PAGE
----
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8 Paths Leading to July 20, 1944

Many high-ranking military men shared Hitler’s goals, of which he informed them in the Bendler Block in Berlin as early as February 3, 1933. They included the “eradication of Marxism root and branch,” the “strictest authoritarian government,” and the “conquest of new living space in the East and its ruthless Germanization.” Others were just as impressed as most Germans by his foreign policy achievements and plans for rearmament. Large sections of the military leadership even welcomed the elimination of the NSDAP’s “Assault Division” (SA), which they perceived as competition, during a murder campaign at the end of June 1934. For some officers, it was only the murder of the generals Kurt von Schleicher and Ferdinand von Bredow that opened their eyes. They became aware that they were serving an unjust regime.

The chief of Army General Staff Ludwig Beck initially tried to influence military decision-making processes by writing memoranda. When he realized his efforts brought no consequences, he called in vain upon the generals to stage a collective resignation.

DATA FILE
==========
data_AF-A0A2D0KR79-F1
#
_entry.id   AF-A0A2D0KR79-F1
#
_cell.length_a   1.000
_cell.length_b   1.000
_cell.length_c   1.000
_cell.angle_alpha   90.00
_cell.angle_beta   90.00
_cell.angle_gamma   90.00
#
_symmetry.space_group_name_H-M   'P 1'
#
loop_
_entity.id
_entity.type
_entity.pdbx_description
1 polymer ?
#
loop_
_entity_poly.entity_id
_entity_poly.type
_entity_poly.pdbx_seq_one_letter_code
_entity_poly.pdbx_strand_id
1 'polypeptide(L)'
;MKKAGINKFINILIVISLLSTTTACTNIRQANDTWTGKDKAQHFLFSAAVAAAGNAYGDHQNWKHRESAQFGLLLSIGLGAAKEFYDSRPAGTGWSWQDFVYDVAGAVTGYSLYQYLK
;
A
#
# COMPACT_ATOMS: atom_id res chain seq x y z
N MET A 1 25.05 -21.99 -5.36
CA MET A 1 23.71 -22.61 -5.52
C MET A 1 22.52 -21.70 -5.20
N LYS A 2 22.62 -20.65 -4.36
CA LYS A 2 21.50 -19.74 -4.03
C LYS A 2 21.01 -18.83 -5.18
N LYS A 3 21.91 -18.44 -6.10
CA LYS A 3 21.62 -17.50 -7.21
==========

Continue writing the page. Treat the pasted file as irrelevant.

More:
In August 1938, Beck stepped down from office and became a key figure in the military opposition, working toward the removal of Hitler from power. He saw this path as the only possibility to avert war. In constant coordination with Carl Friedrich Goerdeler, the leading mind of the civilian resistance circles, he called for joint action by civilians and officers.

Henning von Tresckow played a decisive role among the younger opposition officers. He had a key involvement in several attempts on Hitler’s life. From the fall of 1943, Tresckow and Claus Schenk Graf von Stauffenberg systematically prepared the attempted coup, which aimed to remove the National Socialists from power.